Among all A4s the 1.8T with FrontTrak (for front-wheel drive) is the best bargain, and it may be the spriest of the bunch. The turbocharged four-cylinder is noisier - rougher - than the V6, but strong enough for good acceleration, particularly with the manual gearbox. The car is 331 pounds lighter than a 3.0 quattro, and quicker to respond. The A4 1.8T delivers the luxury and performance of a true European sports sedan at a price that puts it in reach of many new-car buyers. Summary
The so-called small-luxury or near luxury or entry luxury or sports sedan market includes some of the best cars in the world, whatever your taste or preference. The status conscious can find a high-end nameplate in the $25,000-$35,000 price range. Driving enthusiasts get good performance in a practical package, and the frugal get most of the amenities and safety features found in large luxury sedans, with decent fuel economy and a much lower price of entry. The A4 covers all these bases and goes a step further with the option of all-wheel drive.

There are at least 14 sedans in this category -from 10 different manufacturers--and sales are strong. Yet the competition is brutal, and today's hot ticket can quickly become tomorrow's has-been. It's no fluke that the A4 has remained near the top in sales since its introduction seven years ago, and the 2002 A4 is a much better car than its predecessor.

Anyone shopping this class of automobile would be foolish not to take a long look at Audi.

Model as tested
A4 3.0 quattro 6-speed manual ($32,090)
Basic Warranty
4 years/50,000 miles includes scheduled maintenance
Assembled in
Ingolstadt, Germany
Destination charge
Gas guzzler tax
Base Price
Price as tested
Options as tested
Sport Package ($750) includes sports suspension, 17-inch wheels and performance tires; Preferred Package ($1800) includes glass sunroof, leather upholstery; Premium Package ($550) includes auto-dimming power folding exterior mirrors, auto-dimming interior mirror with compass, memory for driver's seat and mirror adjustments, HomeLink universal garage-door operator; heated front and rear seats ($525); GPS navigation system ($1,350)

Model Line Overview
Model lineup
1.8T 5-speed manual ($24,900); 1.8T CVT ($26,050); 1.8T quattro 5-speed manual ($26,650);1.8T quattro 5-speed Tiptronic ($27,800); 3.0 CVT ($31,390); 3.0 6-speed manual ($32,090); 3.0 5-speed Tiptronic ($33,140)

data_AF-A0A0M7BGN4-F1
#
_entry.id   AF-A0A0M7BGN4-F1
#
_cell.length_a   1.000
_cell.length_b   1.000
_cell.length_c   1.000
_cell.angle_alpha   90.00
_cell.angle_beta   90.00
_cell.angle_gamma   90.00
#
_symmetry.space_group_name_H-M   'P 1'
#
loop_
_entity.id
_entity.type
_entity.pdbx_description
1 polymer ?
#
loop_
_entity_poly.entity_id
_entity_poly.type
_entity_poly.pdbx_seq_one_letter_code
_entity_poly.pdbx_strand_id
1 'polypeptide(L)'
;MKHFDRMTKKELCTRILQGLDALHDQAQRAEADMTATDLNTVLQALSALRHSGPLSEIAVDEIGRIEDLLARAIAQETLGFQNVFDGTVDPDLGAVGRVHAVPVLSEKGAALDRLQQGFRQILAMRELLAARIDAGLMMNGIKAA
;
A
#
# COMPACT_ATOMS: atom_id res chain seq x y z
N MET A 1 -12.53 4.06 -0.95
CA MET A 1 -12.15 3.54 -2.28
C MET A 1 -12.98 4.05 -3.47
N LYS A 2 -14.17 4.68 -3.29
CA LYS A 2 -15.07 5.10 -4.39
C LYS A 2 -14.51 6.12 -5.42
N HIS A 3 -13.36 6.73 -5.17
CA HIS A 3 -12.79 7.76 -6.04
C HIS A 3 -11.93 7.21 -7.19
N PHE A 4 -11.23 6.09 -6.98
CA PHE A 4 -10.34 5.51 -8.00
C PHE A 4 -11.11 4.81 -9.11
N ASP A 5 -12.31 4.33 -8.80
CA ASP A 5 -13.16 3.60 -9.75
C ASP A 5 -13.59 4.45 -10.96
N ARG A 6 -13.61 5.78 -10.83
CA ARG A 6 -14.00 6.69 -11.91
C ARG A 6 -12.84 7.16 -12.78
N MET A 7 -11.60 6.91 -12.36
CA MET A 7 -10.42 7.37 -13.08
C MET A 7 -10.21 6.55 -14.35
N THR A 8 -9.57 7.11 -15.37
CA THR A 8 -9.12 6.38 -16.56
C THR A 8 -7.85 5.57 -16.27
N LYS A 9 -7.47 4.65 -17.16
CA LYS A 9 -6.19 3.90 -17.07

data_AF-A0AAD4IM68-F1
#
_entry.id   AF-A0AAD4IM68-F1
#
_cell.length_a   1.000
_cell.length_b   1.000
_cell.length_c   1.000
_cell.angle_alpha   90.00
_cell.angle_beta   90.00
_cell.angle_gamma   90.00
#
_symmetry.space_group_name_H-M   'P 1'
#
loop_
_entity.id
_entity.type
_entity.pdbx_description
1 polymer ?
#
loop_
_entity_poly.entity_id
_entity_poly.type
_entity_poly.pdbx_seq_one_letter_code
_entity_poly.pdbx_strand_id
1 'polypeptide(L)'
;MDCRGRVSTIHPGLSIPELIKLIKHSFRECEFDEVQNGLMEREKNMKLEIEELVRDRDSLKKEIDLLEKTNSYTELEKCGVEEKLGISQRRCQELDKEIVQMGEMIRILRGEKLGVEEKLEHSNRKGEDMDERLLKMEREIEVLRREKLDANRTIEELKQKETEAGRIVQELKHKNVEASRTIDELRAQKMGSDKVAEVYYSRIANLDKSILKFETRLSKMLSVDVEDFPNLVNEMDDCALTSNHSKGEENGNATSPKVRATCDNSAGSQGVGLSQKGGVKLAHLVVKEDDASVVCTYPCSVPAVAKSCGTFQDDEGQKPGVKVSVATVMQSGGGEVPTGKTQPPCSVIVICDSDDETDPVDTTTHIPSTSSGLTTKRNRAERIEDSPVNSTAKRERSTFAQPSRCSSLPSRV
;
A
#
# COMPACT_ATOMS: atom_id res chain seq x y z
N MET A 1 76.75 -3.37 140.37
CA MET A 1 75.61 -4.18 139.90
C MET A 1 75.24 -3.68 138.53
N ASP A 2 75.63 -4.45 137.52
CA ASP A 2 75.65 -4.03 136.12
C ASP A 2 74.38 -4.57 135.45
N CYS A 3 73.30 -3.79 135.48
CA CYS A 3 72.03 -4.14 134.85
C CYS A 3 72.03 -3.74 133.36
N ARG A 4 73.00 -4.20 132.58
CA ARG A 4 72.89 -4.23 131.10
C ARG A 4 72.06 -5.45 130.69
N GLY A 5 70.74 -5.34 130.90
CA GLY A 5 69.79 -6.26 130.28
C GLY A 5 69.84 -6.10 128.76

Safety equipment (standard)
ABS, traction control and ESP anti-skid electronics, front and front side-impact airbags, side head-protection airbags
Safety equipment (optional)
3.0-liter dohc 30-valve V6
6-speed manual

Specifications as Tested
fog lamps, central locking with remote operation, power windows with one-touch operation front and rear, dual-zone automatic climate control with electrostatic and charcoal air filters and smog-sensing auto-recirculation, cruise control, concealed headlight washers, heated windshield washer nozzles, 150-watt, 10-speaker stereo with six-CD in-dash changer, 12-volt outlets in trunk and center console, comprehensive first-aid kit

Engine & Transmission
3.0-liter dohc 30-valve V6
Drivetrain type
all-wheel drive
Horsepower (hp @ rpm)
220 @ 6300
EPA fuel economy, city/hwy
Torque (lb.-ft. @ rpm)

Brakes, front/rear
vented disc/solid disc with ABS
Suspension, front
Suspension, rear

Seating capacity
Head/hip/leg room, middle
Head/hip/leg room, front
38.4 (37.3 with sunroof)/55.1/41.3
Head/hip/leg room, rear

Fuel capacity
Trunk volume
179.9/69.5 (76.3 with side mirrors)/56.2
Turning circle
Towing capacity
Track, front/rear
Ground clearance
Curb weight

J.D. Power Rating
Overall Quality Not Available
Overall Quality - Mechanical
Not Available
Powertrain Quality - Mechanical
Not Available
Body & Interior Quality - Mechanical
Not Available
Features & Accessories Quality - Mechanical
Not Available
Overall Quality - Design
Not Available
Powertrain Quality - Design
Not Available
Body & Interior Quality - Design
Not Available
Features & Accessories Quality - Design
Not Available

Overall Dependability Not Available
Powertrain Dependability
Not Available
Body & Interior Dependability
Not Available
Feature & Accessory Dependability
Not Available

J.D. Power Rating Legend
Among the Best
5 / 5
Better than Most
4 / 5
About Average
3 / 5
The Rest
2 / 5

* The J.D. Power Ratings are calculated based on the range between the car manufacturer or car model with the highest score and the car manufacturer or car model with the lowest score. J.D. Power generates a rating of a five, four, three, or two. If there is insufficient data to calculate a rating, a dash (—) is used in its place.

J.D. Power Ratings may not include all information used to determine J.D. Power awards, visit the Car Ratings page to learn more about awards and ratings.